S.1366 - Restore Honor to Service Members Act115th Congress (2017-2018)
|Sponsor:||Sen. Schatz, Brian [D-HI] (Introduced 06/15/2017)|
|Committees:||Senate - Armed Services|
|Latest Action:||Senate - 06/15/2017 Read twice and referred to the Committee on Armed Services. (All Actions)|
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Summary: S.1366 — 115th Congress (2017-2018)All Information (Except Text)
Introduced in Senate (06/15/2017)
Restore Honor to Service Members Act
This bill requires appropriate military record correction boards or discharge review boards to review the discharge characterization of any former members of the Armed Forces requesting a review who were discharged because of their sexual orientation. Such boards to change a characterization to honorable if such characterization is any characterization except honorable.
The Department of Defense (DOD) shall ensure that any such changes are carried out consistently and uniformly across the military departments using specified criteria, including that: (1) the original discharge was based on the policy of Don't Ask Don't Tell (as in effect before it was repealed pursuant to the Don't Ask, Don't Tell Repeal Act of 2010) or a similar earlier policy; and (2) the discharge characterization will be changed if, with respect to the original discharge, there were no aggravating circumstances that would have independently led to any discharge characterization except honorable.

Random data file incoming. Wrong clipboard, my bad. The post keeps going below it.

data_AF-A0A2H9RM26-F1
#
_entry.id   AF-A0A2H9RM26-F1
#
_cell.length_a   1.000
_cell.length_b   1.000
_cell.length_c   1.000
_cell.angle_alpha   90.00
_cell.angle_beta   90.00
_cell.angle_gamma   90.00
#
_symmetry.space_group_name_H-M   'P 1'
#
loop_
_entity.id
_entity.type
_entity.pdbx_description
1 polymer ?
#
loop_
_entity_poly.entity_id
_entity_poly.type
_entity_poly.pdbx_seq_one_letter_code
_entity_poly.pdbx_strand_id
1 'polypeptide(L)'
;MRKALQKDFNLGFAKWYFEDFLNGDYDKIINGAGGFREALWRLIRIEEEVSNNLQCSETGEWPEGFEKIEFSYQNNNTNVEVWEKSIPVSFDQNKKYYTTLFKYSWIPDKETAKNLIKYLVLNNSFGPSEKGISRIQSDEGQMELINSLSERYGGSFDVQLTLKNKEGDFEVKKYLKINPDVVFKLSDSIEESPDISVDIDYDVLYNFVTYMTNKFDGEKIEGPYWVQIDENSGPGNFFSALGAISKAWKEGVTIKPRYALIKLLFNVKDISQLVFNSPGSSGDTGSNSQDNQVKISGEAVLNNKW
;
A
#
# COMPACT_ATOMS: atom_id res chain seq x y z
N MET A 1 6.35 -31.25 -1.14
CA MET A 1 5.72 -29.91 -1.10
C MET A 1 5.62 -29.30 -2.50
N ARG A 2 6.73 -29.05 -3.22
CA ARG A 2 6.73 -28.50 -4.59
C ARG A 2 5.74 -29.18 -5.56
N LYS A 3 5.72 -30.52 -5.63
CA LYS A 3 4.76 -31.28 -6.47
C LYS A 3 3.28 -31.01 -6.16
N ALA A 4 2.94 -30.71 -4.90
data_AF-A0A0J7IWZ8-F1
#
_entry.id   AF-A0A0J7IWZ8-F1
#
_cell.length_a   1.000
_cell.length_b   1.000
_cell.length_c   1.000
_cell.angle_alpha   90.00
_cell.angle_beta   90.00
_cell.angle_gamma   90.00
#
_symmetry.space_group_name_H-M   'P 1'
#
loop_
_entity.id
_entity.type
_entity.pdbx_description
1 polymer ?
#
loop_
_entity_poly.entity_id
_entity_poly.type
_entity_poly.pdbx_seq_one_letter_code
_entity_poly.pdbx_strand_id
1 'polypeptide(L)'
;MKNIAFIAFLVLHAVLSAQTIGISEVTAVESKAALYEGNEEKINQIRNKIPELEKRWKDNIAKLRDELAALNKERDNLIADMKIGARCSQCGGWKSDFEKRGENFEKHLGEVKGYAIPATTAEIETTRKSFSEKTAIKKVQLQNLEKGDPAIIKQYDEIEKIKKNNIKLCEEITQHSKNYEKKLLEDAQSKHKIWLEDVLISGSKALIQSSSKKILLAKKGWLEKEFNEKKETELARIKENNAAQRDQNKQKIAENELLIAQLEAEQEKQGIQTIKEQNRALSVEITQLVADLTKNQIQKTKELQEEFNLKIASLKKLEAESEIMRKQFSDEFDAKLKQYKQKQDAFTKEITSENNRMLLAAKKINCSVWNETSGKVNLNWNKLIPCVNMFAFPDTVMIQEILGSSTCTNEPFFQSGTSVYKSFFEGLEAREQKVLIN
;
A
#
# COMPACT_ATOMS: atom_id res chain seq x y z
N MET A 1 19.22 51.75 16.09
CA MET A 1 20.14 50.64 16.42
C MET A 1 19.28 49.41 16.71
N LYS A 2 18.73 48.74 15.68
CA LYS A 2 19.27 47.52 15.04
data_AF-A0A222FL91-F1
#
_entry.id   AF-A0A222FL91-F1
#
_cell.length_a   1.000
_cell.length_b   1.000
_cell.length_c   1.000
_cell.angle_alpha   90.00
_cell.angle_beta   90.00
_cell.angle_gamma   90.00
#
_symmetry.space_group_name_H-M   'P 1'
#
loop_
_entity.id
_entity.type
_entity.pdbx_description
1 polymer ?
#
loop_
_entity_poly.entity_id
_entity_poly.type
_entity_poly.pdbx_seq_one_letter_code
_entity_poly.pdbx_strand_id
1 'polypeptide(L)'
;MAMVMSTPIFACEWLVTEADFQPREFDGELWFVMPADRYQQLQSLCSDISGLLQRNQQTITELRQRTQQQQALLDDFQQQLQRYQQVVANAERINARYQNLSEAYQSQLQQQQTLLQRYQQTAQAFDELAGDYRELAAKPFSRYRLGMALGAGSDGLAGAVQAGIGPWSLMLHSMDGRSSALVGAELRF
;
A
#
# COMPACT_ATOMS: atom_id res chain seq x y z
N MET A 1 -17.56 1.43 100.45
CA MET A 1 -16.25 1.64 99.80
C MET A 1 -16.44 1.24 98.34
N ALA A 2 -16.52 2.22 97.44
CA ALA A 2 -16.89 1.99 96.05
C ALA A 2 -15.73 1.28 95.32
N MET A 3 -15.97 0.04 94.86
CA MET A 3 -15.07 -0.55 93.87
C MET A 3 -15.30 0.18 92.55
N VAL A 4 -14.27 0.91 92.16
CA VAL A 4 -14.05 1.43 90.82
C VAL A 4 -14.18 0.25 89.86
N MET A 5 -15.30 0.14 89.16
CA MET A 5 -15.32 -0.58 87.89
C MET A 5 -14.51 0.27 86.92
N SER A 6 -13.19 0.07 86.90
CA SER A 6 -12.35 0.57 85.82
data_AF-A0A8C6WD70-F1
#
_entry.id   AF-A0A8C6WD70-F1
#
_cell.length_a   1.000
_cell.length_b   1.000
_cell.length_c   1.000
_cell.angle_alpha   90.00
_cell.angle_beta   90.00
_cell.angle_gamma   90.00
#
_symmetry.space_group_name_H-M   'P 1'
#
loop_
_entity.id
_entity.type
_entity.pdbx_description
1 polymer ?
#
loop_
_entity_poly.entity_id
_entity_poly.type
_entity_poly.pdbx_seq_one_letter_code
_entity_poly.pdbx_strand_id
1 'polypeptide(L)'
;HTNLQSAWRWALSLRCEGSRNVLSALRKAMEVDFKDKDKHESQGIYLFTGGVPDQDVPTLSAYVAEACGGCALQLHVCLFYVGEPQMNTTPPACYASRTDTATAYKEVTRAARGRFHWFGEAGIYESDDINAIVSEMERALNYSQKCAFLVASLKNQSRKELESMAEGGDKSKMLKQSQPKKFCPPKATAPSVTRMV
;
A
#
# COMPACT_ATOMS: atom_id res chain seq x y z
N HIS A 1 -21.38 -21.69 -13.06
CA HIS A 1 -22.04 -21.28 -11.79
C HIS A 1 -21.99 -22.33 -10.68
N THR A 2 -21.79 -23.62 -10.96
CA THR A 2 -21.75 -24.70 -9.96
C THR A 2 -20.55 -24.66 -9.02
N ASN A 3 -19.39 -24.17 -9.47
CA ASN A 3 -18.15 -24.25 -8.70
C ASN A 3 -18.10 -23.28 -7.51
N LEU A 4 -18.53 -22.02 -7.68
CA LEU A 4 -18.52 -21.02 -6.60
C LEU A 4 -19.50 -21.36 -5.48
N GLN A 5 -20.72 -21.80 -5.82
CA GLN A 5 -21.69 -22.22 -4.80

The bill prohibits "aggravating circumstances" from including: (1) an offense of sodomy committed by the member against a consenting person of the same sex; or (2) statements, consensual sexual conduct, or consensual acts relating to sexual orientation or identity, or the disclosure of such statements, conduct, or acts, that were prohibited at the time of discharge but that became permitted after such discharge.
Each military department shall ensure that oral historians of the department: (1) review discharges between World War II and September 2011 based on sexual orientation, and (2) receive oral testimony of individuals who personally experienced discrimination and discharge because of actual or perceived sexual orientation so that such testimony may serve as an official record of such discriminatory policies and their impact on American lives.
Specified military personnel records and discharge forms must be reissued in a manner that shall not reflect the sexual orientation of the member.